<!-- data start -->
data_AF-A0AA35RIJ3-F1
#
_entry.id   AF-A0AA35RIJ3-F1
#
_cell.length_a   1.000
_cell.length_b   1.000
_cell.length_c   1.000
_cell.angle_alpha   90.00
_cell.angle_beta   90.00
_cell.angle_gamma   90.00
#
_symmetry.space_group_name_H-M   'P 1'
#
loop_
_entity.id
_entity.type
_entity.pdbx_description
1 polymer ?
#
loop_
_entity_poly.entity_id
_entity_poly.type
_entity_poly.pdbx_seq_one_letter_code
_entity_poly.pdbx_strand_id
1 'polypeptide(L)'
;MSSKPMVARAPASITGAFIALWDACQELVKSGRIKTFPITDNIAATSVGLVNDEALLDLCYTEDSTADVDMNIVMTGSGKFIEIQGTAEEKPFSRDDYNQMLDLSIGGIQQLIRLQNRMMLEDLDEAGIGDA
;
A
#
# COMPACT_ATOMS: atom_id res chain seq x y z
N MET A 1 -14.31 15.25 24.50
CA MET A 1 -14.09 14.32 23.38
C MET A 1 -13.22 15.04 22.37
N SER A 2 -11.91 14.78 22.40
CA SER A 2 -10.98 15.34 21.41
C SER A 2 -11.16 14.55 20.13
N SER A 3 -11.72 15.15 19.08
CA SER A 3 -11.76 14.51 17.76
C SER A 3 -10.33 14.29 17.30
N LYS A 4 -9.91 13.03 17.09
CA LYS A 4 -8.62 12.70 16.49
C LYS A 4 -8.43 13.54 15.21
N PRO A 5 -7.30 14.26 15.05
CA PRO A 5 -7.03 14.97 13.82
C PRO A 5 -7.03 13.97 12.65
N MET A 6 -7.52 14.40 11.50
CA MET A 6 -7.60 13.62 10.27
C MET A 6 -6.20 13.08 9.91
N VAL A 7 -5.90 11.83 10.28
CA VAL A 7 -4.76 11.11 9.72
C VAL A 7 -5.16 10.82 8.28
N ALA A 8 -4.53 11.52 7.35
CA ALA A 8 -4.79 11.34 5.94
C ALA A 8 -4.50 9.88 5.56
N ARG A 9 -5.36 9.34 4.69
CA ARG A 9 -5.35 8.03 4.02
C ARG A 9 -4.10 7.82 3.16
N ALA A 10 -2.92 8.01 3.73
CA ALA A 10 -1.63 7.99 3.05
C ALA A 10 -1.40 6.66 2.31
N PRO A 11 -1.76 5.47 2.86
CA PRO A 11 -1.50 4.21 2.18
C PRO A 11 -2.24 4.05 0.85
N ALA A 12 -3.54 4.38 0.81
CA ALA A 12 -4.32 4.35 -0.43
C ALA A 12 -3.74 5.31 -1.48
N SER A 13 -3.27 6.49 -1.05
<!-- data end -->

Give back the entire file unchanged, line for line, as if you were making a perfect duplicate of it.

data_AF-A0AA35RIJ3-F1
#
_entry.id   AF-A0AA35RIJ3-F1
#
_cell.length_a   1.000
_cell.length_b   1.000
_cell.length_c   1.000
_cell.angle_alpha   90.00
_cell.angle_beta   90.00
_cell.angle_gamma   90.00
#
_symmetry.space_group_name_H-M   'P 1'
#
loop_
_entity.id
_entity.type
_entity.pdbx_description
1 polymer ?
#
loop_
_entity_poly.entity_id
_entity_poly.type
_entity_poly.pdbx_seq_one_letter_code
_entity_poly.pdbx_strand_id
1 'polypeptide(L)'
;MSSKPMVARAPASITGAFIALWDACQELVKSGRIKTFPITDNIAATSVGLVNDEALLDLCYTEDSTADVDMNIVMTGSGKFIEIQGTAEEKPFSRDDYNQMLDLSIGGIQQLIRLQNRMMLEDLDEAGIGDA
;
A
#
# COMPACT_ATOMS: atom_id res chain seq x y z
N MET A 1 -14.31 15.25 24.50
CA MET A 1 -14.09 14.32 23.38
C MET A 1 -13.22 15.04 22.37
N SER A 2 -11.91 14.78 22.40
CA SER A 2 -10.98 15.34 21.41
C SER A 2 -11.16 14.55 20.13
N SER A 3 -11.72 15.15 19.08
CA SER A 3 -11.76 14.51 17.76
C SER A 3 -10.33 14.29 17.30
N LYS A 4 -9.91 13.03 17.09
CA LYS A 4 -8.62 12.70 16.49
C LYS A 4 -8.43 13.54 15.21
N PRO A 5 -7.30 14.26 15.05
CA PRO A 5 -7.03 14.97 13.82
C PRO A 5 -7.03 13.97 12.65
N MET A 6 -7.52 14.40 11.50
CA MET A 6 -7.60 13.62 10.27
C MET A 6 -6.20 13.08 9.91
N VAL A 7 -5.90 11.83 10.28
CA VAL A 7 -4.76 11.11 9.72
C VAL A 7 -5.16 10.82 8.28
N ALA A 8 -4.53 11.52 7.35
CA ALA A 8 -4.79 11.34 5.94
C ALA A 8 -4.50 9.88 5.56
N ARG A 9 -5.36 9.34 4.69
CA ARG A 9 -5.35 8.03 4.02
C ARG A 9 -4.10 7.82 3.16
N ALA A 10 -2.92 8.01 3.73
CA ALA A 10 -1.63 7.99 3.05
C ALA A 10 -1.40 6.66 2.31
N PRO A 11 -1.76 5.47 2.86
CA PRO A 11 -1.50 4.21 2.18
C PRO A 11 -2.24 4.05 0.85
N ALA A 12 -3.54 4.38 0.81
CA ALA A 12 -4.32 4.35 -0.43
C ALA A 12 -3.74 5.31 -1.48
N SER A 13 -3.27 6.49 -1.05